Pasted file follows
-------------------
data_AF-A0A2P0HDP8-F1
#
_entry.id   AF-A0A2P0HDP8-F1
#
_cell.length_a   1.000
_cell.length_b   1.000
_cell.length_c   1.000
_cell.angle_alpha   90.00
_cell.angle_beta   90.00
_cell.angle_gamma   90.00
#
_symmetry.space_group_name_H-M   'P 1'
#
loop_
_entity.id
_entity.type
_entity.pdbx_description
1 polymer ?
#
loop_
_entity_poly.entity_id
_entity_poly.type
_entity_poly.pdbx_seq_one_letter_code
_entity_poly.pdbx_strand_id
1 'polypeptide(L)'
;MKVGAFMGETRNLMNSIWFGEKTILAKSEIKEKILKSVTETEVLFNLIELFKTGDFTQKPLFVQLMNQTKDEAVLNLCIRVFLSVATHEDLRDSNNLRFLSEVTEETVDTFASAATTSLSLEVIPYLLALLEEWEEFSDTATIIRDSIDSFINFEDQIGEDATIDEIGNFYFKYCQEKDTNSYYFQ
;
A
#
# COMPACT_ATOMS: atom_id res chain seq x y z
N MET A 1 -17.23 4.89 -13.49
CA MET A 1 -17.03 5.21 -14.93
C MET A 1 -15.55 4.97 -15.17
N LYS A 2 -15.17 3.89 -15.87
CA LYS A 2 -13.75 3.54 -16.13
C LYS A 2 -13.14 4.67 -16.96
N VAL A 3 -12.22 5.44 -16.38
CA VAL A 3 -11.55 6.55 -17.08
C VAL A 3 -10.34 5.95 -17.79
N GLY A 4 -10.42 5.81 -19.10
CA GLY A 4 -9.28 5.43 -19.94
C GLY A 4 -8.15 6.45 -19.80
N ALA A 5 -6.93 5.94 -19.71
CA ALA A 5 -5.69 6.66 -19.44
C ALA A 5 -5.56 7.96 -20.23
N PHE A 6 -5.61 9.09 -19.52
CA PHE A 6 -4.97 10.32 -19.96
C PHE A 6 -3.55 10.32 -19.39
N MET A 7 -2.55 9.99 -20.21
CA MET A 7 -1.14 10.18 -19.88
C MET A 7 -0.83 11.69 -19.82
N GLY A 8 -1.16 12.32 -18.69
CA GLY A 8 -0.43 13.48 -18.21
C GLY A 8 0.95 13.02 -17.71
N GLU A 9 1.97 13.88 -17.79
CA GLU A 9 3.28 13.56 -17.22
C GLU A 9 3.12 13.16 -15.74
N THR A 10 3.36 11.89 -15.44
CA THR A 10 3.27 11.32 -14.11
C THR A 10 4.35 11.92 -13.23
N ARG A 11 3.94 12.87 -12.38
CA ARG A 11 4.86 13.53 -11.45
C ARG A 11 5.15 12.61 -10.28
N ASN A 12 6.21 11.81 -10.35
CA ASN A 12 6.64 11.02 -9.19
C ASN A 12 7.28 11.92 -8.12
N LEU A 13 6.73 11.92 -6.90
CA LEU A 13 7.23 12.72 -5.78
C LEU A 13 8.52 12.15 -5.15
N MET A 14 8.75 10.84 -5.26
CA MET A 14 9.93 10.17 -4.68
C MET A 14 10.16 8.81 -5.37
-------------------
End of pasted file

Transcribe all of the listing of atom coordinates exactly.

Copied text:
data_AF-A0A2P0HDP8-F1
#
_entry.id   AF-A0A2P0HDP8-F1
#
_cell.length_a   1.000
_cell.length_b   1.000
_cell.length_c   1.000
_cell.angle_alpha   90.00
_cell.angle_beta   90.00
_cell.angle_gamma   90.00
#
_symmetry.space_group_name_H-M   'P 1'
#
loop_
_entity.id
_entity.type
_entity.pdbx_description
1 polymer ?
#
loop_
_entity_poly.entity_id
_entity_poly.type
_entity_poly.pdbx_seq_one_letter_code
_entity_poly.pdbx_strand_id
1 'polypeptide(L)'
;MKVGAFMGETRNLMNSIWFGEKTILAKSEIKEKILKSVTETEVLFNLIELFKTGDFTQKPLFVQLMNQTKDEAVLNLCIRVFLSVATHEDLRDSNNLRFLSEVTEETVDTFASAATTSLSLEVIPYLLALLEEWEEFSDTATIIRDSIDSFINFEDQIGEDATIDEIGNFYFKYCQEKDTNSYYFQ
;
A
#
# COMPACT_ATOMS: atom_id res chain seq x y z
N MET A 1 -17.23 4.89 -13.49
CA MET A 1 -17.03 5.21 -14.93
C MET A 1 -15.55 4.97 -15.17
N LYS A 2 -15.17 3.89 -15.87
CA LYS A 2 -13.75 3.54 -16.13
C LYS A 2 -13.14 4.67 -16.96
N VAL A 3 -12.22 5.44 -16.38
CA VAL A 3 -11.55 6.55 -17.08
C VAL A 3 -10.34 5.95 -17.79
N GLY A 4 -10.42 5.81 -19.10
CA GLY A 4 -9.28 5.43 -19.94
C GLY A 4 -8.15 6.45 -19.80
N ALA A 5 -6.93 5.94 -19.71
CA ALA A 5 -5.69 6.66 -19.44
C ALA A 5 -5.56 7.96 -20.23
N PHE A 6 -5.61 9.09 -19.52
CA PHE A 6 -4.97 10.32 -19.96
C PHE A 6 -3.55 10.32 -19.39
N MET A 7 -2.55 9.99 -20.21
CA MET A 7 -1.14 10.18 -19.88
C MET A 7 -0.83 11.69 -19.82
N GLY A 8 -1.16 12.32 -18.69
CA GLY A 8 -0.43 13.48 -18.21
C GLY A 8 0.95 13.02 -17.71
N GLU A 9 1.97 13.88 -17.79
CA GLU A 9 3.28 13.56 -17.22
C GLU A 9 3.12 13.16 -15.74
N THR A 10 3.36 11.89 -15.44
CA THR A 10 3.27 11.32 -14.11
C THR A 10 4.35 11.92 -13.23
N ARG A 11 3.94 12.87 -12.38
CA ARG A 11 4.86 13.53 -11.45
C ARG A 11 5.15 12.61 -10.28
N ASN A 12 6.21 11.81 -10.35
CA ASN A 12 6.64 11.02 -9.19
C ASN A 12 7.28 11.92 -8.12
N LEU A 13 6.73 11.92 -6.90
CA LEU A 13 7.23 12.72 -5.78
C LEU A 13 8.52 12.15 -5.15
N MET A 14 8.75 10.84 -5.26
CA MET A 14 9.93 10.17 -4.68
C MET A 14 10.16 8.81 -5.37